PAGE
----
Lynch was a seldom-used backup during his first season in Cincinnati, hitting .258 with 11 runs, four homers, 13 RBIs and a .693 OPS in 67 games. He made 20 starts all year, all of them in right field. In 1958, he got a chance to play regularly in right field and he responded by batting .312 with 16 homers and an .835 OPS, while setting career highs with 20 doubles, 68 RBIs, 58 runs scored and 122 games played. In 1959, he batted .269 in 117 games, setting a career high with 17 homers, while finishing with 49 runs, 16 doubles, 58 RBIs and a .782 OPS. His playing time dropped over the next two years, despite putting up excellent results. Lynch batted .289 with 23 runs, eight doubles, six homers and 27 RBIs in 1960, going to the plate 178 times in 102 games played. He finished with an .834 OPS. In 1961, he batted 210 times over 96 games, hitting .315 with 33 runs, 13 doubles, 13 homers, 50 RBIs and a 1.031 OPS. He had a .404 average and a 1.376 OPS in 59 pinch-hitting opportunities that year, which led to him getting mild MVP support (22nd place finish) as a bench player.
Lynch saw more playing time in 1962 and responded by hitting .281 with 41 runs, 15 doubles, 12 homers, 57 RBIs and an .822 OPS in 114 games. The Pirates traded outfielder Bob Skinner to the Reds to reacquire Lynch on May 23, 1963. Lynch played 640 games with the Reds, hitting .289 with 220 runs, 79 doubles, 70 homers and 282 RBIs. He was hitting .250/.294/.531 in 22 games at the time of the trade. The lefty-hitting Lynch saw limited time over his last four seasons with the Pirates, getting 161 starts, with all but three of them coming as a left fielder. For the 1963 Pirates, he hit .266 with 26 runs, ten homers, 36 RBIs and a .771 OPS in 88 games. In 1964, he hit .273 with 35 runs, 14 doubles, 16 homers, 66 RBIs and an .823 OPS in 114 games. Lynch moved to a full-time bench role in 1965, batting 131 times all season in 73 games played. He still hit well, with a .281 average, five homers (out of six extra-base hits), 16 RBIs and a .741 OPS. In his final season, he batted 60 times in 64 games, and put up a .552 OPS. He played just 16 innings in the outfield that year. He finished his time with the Pirates as a .263 hitter in 544 games, hitting 44 doubles and 45 homers, with 188 RBIs and 144 runs scored. In his 13-year career, he hit .277 with 364 runs, 123 doubles, 115 homers and 470 RBIs in 1,184 games. He was a .263 hitter with 18 homers and 90 RBIs in 491 pinch-hitting opportunities. Lynch hit 17 triples with both the Pirates and the Reds.
Chummy Gray, pitcher for the 1899 Pirates. He began his pro career in the minors in 1893, with his only Major League experience coming six years later during a September trial with the 1899 Pirates. Prior to joining Pittsburgh, Gray had pitched the previous four seasons for the Buffalo Bisons of the Eastern League, winning a combined 47 games during the 1897-98 seasons. He debuted in pro ball right around his 19th birthday in 1893, playing in the New England League for a team that moved twice during the season (Lowell/Manchester/Boston). Gray went 5-7, 3.17 in 105 innings. He remained in the New England League in 1894 (classified that year as Class-B) for a team from Bangor. There are no stats are available from that season, but it was said that he established himself as one of the best pitchers in the league that year. He moved up to A-Ball in 1895, playing for Toronto of the Eastern League, where he had a 15-27, 3.00 record in 354.1 innings, completing 36 of his 40 starts. The 1896 season was split between Columbus of the Class-A Western League and Buffalo. No complete stats are available from that year, but his 1897 stats with Buffalo show that he went 23-13, 1.84 in 328 innings, completing 35 of 37 starts. Going into that season, it was said that the Baltimore Orioles held first rights to him and it was expected that he would enter the National League soon, but nothing came from that deal, despite his strong record that season. In 1898, he had a 24-11 record in 331 innings, with 38 complete games in 39 starts. His ERA isn’t available from that year, but he allowed fewer runs per nine innings in 1898 than he did in 1897. Buffalo moved to the Western League in 1899 and the Pirates bought two of their players. Pop Dillon debuted for the Pirates on September 8th, one day before Gray was also sold to Pittsburgh.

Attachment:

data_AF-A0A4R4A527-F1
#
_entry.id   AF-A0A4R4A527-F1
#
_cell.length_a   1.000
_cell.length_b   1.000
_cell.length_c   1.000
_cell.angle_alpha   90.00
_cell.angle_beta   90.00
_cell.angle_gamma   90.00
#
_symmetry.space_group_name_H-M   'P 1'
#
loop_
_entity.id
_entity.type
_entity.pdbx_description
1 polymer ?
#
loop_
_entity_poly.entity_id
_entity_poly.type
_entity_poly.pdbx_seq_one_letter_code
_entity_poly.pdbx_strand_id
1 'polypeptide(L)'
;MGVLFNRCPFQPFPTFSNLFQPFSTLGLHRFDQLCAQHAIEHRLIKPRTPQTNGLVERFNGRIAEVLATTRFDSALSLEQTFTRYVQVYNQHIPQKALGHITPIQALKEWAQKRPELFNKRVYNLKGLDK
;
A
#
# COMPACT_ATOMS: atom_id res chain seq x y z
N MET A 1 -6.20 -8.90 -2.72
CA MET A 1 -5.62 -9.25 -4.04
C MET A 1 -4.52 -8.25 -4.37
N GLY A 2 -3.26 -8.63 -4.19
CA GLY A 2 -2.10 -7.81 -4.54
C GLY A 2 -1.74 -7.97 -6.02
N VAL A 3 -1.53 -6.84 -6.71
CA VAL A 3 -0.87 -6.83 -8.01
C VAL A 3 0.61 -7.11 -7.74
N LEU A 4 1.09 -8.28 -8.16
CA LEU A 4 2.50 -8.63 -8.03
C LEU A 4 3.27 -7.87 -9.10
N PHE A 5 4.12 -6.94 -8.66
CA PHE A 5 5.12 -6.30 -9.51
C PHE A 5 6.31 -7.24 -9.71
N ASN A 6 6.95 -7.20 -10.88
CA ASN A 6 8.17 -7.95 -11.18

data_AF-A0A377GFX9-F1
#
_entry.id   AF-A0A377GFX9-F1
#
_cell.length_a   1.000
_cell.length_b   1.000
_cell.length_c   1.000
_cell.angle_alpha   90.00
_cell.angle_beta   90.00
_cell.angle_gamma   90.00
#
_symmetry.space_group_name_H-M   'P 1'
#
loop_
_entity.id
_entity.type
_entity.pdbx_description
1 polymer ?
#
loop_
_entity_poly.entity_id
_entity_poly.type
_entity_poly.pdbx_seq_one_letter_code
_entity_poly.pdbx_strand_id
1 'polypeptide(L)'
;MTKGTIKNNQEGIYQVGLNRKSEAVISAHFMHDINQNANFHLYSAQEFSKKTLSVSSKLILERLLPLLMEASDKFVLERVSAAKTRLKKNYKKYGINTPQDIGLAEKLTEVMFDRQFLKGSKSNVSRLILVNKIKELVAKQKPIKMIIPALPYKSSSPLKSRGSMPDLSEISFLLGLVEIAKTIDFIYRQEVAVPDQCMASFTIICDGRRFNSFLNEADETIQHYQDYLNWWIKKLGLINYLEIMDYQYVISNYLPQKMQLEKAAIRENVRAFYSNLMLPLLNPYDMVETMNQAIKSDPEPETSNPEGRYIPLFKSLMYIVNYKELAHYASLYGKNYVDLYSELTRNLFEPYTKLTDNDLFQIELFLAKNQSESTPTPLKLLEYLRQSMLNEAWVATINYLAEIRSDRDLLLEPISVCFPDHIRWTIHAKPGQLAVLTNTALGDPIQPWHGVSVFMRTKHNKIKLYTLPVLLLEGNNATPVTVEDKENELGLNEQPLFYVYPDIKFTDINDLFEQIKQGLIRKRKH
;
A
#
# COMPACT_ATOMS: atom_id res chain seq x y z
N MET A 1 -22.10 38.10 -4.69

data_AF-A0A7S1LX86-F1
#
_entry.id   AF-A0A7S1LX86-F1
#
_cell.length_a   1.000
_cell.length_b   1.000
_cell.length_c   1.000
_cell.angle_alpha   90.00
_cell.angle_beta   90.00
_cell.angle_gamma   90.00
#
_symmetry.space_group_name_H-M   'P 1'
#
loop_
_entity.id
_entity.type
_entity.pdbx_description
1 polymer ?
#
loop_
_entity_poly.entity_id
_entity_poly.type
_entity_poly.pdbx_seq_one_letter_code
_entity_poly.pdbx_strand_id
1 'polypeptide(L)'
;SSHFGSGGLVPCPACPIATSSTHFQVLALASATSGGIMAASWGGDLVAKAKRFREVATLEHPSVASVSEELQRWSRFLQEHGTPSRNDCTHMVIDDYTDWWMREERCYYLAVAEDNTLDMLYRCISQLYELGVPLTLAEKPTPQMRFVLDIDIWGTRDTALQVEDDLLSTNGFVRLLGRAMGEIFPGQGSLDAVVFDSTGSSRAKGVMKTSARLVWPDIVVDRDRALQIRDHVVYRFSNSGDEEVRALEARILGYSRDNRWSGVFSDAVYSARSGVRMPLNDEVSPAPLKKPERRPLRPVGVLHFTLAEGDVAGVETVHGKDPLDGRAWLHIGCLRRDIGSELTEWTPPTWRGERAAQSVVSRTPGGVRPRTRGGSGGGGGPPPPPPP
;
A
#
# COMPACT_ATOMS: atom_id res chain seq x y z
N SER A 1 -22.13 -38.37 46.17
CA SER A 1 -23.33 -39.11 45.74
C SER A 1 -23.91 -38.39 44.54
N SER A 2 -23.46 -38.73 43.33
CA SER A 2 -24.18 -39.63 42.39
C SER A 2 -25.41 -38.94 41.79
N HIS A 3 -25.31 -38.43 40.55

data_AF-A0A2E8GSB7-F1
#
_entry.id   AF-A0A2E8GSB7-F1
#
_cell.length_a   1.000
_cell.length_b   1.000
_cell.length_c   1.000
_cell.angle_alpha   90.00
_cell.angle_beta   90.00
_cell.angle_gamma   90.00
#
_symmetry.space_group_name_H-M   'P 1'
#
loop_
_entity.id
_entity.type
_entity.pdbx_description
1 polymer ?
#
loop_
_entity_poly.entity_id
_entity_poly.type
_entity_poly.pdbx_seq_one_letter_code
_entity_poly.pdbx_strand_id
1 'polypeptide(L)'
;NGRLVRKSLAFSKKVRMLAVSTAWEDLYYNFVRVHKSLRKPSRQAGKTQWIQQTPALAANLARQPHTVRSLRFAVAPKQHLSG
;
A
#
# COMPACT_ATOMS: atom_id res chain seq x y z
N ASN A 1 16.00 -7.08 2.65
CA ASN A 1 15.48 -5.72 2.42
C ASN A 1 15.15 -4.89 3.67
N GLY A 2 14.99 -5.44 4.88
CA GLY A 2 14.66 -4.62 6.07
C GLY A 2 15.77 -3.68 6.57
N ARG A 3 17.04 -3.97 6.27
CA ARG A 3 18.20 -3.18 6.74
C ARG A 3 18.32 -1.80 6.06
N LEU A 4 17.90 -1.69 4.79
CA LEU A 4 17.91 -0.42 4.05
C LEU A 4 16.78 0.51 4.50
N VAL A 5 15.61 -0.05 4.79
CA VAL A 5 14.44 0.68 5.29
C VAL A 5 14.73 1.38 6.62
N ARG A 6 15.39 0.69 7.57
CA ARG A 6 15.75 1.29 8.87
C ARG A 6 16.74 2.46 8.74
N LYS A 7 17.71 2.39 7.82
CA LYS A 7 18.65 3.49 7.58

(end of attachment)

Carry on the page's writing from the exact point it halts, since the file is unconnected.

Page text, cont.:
The circumstances that led to Gray’s signing and use by the Pirates would be considered odd under today’s standards. The Pirates had a pitcher named Tully Sparks, who was only signed through September 15th. At that date he was free to leave for home to attend to his cotton business. Chummy (real name was George) was purchased for $1,000 from Buffalo and took Sparks’ spot in the rotation. His first big league appearance was on September 14th, pitching in relief of Sam Leever, who had loaded the bases before he was pulled. Gray allowed all three runs to score, walking one batter and throwing a wild pitch to score the other two. He finished the game off with four scoreless innings, but the Pirates still lost by two runs. Chummy started four days later and won his first game 7-5 over the Boston Beaneaters. He then started six of the next 18 games, with the Pirates winning three of his starts. He went 3-3, 3.34 in 70.2 innings for the Pirates. He was kept around until the huge deal between the Louisville Colonels and Pirates took place, which infused a ton of talent to the Pittsburgh roster, including Hall of Famers Honus Wagner, Fred Clarke and Rube Waddell. Gray was originally sold to Kansas City of the American League (the year before it became a Major League) for $500, but he refused to play for them and he was then sold back to Buffalo once the prior deal was called off. In a twist, Gray was sold to Kansas City weeks later. He would return to Buffalo in 1901, while also seeing time with Hartford of the Eastern League that season. He spent all of 1902 in Buffalo and all of 1903 with Providence of the Eastern League. Gray has no pro stats for 1904, but he could be found pitching for Utica and Scranton of the Class-B New York State League. He returned to Scranton at 31 years old in 1905 to play 29 games. That was his last season in pro ball. He was set to play with Scranton in 1906, but instead he took over a billiards hall in Maine.